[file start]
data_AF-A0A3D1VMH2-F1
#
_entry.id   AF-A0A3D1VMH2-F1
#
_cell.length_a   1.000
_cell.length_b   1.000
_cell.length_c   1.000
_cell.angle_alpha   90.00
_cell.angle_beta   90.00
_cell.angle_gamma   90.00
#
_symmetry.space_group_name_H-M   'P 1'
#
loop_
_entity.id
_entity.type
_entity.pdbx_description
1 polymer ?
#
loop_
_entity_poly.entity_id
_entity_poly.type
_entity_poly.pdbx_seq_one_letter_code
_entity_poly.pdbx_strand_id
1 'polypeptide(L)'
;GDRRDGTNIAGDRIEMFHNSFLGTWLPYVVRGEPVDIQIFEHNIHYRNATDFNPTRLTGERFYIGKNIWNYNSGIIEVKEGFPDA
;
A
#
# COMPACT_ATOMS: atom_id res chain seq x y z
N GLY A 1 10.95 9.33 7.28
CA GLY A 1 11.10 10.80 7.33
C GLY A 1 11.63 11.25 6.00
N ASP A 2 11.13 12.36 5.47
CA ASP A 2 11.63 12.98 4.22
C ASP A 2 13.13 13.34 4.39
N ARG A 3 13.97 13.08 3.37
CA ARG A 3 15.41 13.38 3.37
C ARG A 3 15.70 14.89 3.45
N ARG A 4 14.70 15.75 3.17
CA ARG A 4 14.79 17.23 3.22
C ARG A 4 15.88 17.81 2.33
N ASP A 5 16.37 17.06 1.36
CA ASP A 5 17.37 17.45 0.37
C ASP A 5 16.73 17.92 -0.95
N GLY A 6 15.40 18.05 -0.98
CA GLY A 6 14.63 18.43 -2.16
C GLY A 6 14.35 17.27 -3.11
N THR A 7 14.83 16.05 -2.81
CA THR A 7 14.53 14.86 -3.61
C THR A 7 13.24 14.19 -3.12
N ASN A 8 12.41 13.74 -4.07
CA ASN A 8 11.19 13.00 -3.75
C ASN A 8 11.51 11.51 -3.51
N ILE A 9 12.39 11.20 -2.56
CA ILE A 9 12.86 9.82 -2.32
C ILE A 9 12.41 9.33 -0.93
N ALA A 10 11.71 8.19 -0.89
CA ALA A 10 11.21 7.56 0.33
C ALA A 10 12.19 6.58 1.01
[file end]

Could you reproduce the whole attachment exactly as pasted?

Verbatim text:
data_AF-A0A3D1VMH2-F1
#
_entry.id   AF-A0A3D1VMH2-F1
#
_cell.length_a   1.000
_cell.length_b   1.000
_cell.length_c   1.000
_cell.angle_alpha   90.00
_cell.angle_beta   90.00
_cell.angle_gamma   90.00
#
_symmetry.space_group_name_H-M   'P 1'
#
loop_
_entity.id
_entity.type
_entity.pdbx_description
1 polymer ?
#
loop_
_entity_poly.entity_id
_entity_poly.type
_entity_poly.pdbx_seq_one_letter_code
_entity_poly.pdbx_strand_id
1 'polypeptide(L)'
;GDRRDGTNIAGDRIEMFHNSFLGTWLPYVVRGEPVDIQIFEHNIHYRNATDFNPTRLTGERFYIGKNIWNYNSGIIEVKEGFPDA
;
A
#
# COMPACT_ATOMS: atom_id res chain seq x y z
N GLY A 1 10.95 9.33 7.28
CA GLY A 1 11.10 10.80 7.33
C GLY A 1 11.63 11.25 6.00
N ASP A 2 11.13 12.36 5.47
CA ASP A 2 11.63 12.98 4.22
C ASP A 2 13.13 13.34 4.39
N ARG A 3 13.97 13.08 3.37
CA ARG A 3 15.41 13.38 3.37
C ARG A 3 15.70 14.89 3.45
N ARG A 4 14.70 15.75 3.17
CA ARG A 4 14.79 17.23 3.22
C ARG A 4 15.88 17.81 2.33
N ASP A 5 16.37 17.06 1.36
CA ASP A 5 17.37 17.45 0.37
C ASP A 5 16.73 17.92 -0.95
N GLY A 6 15.40 18.05 -0.98
CA GLY A 6 14.63 18.43 -2.16
C GLY A 6 14.35 17.27 -3.11
N THR A 7 14.83 16.05 -2.81
CA THR A 7 14.53 14.86 -3.61
C THR A 7 13.24 14.19 -3.12
N ASN A 8 12.41 13.74 -4.07
CA ASN A 8 11.19 13.00 -3.75
C ASN A 8 11.51 11.51 -3.51
N ILE A 9 12.39 11.20 -2.56
CA ILE A 9 12.86 9.82 -2.32
C ILE A 9 12.41 9.33 -0.93
N ALA A 10 11.71 8.19 -0.89
CA ALA A 10 11.21 7.56 0.33
C ALA A 10 12.19 6.58 1.01